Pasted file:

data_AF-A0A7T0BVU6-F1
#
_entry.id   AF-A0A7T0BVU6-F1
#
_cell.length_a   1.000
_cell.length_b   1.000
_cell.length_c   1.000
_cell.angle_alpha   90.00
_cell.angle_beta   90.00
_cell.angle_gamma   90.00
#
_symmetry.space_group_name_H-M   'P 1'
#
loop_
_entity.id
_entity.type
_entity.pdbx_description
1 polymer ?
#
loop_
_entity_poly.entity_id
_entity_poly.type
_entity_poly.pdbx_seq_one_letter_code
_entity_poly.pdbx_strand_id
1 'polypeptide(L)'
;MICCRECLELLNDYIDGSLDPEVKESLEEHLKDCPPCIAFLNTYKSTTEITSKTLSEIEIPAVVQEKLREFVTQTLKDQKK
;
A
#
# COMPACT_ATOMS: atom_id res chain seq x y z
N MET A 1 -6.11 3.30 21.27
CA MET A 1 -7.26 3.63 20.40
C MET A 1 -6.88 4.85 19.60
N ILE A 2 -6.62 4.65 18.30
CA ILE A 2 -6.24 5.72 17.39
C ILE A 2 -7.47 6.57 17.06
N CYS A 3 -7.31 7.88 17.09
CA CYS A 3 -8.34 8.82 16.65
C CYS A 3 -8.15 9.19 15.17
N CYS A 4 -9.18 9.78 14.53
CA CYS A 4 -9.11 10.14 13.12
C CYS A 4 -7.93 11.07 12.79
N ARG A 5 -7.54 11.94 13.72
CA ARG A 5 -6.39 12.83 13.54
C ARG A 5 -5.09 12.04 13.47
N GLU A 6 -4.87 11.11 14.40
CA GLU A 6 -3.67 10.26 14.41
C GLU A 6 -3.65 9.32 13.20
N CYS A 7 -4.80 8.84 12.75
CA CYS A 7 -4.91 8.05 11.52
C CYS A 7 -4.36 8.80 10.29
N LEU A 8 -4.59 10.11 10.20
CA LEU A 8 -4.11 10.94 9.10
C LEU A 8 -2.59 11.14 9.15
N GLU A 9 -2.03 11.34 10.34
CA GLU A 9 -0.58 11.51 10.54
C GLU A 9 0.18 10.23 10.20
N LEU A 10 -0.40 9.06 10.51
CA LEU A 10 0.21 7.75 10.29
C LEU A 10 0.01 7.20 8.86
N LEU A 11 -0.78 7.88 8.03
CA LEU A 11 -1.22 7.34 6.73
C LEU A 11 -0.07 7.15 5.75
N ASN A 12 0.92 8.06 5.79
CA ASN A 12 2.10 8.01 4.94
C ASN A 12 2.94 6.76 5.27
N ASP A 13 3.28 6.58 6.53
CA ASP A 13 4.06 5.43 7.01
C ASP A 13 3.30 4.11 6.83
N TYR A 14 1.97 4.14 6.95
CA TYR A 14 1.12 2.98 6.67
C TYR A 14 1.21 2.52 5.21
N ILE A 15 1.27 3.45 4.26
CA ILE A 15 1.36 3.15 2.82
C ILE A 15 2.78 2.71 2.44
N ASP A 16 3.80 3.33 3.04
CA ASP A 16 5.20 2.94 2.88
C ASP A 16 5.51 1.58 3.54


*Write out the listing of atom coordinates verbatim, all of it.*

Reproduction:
data_AF-A0A7T0BVU6-F1
#
_entry.id   AF-A0A7T0BVU6-F1
#
_cell.length_a   1.000
_cell.length_b   1.000
_cell.length_c   1.000
_cell.angle_alpha   90.00
_cell.angle_beta   90.00
_cell.angle_gamma   90.00
#
_symmetry.space_group_name_H-M   'P 1'
#
loop_
_entity.id
_entity.type
_entity.pdbx_description
1 polymer ?
#
loop_
_entity_poly.entity_id
_entity_poly.type
_entity_poly.pdbx_seq_one_letter_code
_entity_poly.pdbx_strand_id
1 'polypeptide(L)'
;MICCRECLELLNDYIDGSLDPEVKESLEEHLKDCPPCIAFLNTYKSTTEITSKTLSEIEIPAVVQEKLREFVTQTLKDQKK
;
A
#
# COMPACT_ATOMS: atom_id res chain seq x y z
N MET A 1 -6.11 3.30 21.27
CA MET A 1 -7.26 3.63 20.40
C MET A 1 -6.88 4.85 19.60
N ILE A 2 -6.62 4.65 18.30
CA ILE A 2 -6.24 5.72 17.39
C ILE A 2 -7.47 6.57 17.06
N CYS A 3 -7.31 7.88 17.09
CA CYS A 3 -8.34 8.82 16.65
C CYS A 3 -8.15 9.19 15.17
N CYS A 4 -9.18 9.78 14.53
CA CYS A 4 -9.11 10.14 13.12
C CYS A 4 -7.93 11.07 12.79
N ARG A 5 -7.54 11.94 13.72
CA ARG A 5 -6.39 12.83 13.54
C ARG A 5 -5.09 12.04 13.47
N GLU A 6 -4.87 11.11 14.40
CA GLU A 6 -3.67 10.26 14.41
C GLU A 6 -3.65 9.32 13.20
N CYS A 7 -4.80 8.84 12.75
CA CYS A 7 -4.91 8.05 11.52
C CYS A 7 -4.36 8.80 10.29
N LEU A 8 -4.59 10.11 10.20
CA LEU A 8 -4.11 10.94 9.10
C LEU A 8 -2.59 11.14 9.15
N GLU A 9 -2.03 11.34 10.34
CA GLU A 9 -0.58 11.51 10.54
C GLU A 9 0.18 10.23 10.20
N LEU A 10 -0.40 9.06 10.51
CA LEU A 10 0.21 7.75 10.29
C LEU A 10 0.01 7.20 8.86
N LEU A 11 -0.78 7.88 8.03
CA LEU A 11 -1.22 7.34 6.73
C LEU A 11 -0.07 7.15 5.75
N ASN A 12 0.92 8.06 5.79
CA ASN A 12 2.10 8.01 4.94
C ASN A 12 2.94 6.76 5.27
N ASP A 13 3.28 6.58 6.53
CA ASP A 13 4.06 5.43 7.01
C ASP A 13 3.30 4.11 6.83
N TYR A 14 1.97 4.14 6.95
CA TYR A 14 1.12 2.98 6.67
C TYR A 14 1.21 2.52 5.21
N ILE A 15 1.27 3.45 4.26
CA ILE A 15 1.36 3.15 2.82
C ILE A 15 2.78 2.71 2.44
N ASP A 16 3.80 3.33 3.04
CA ASP A 16 5.20 2.94 2.88
C ASP A 16 5.51 1.58 3.54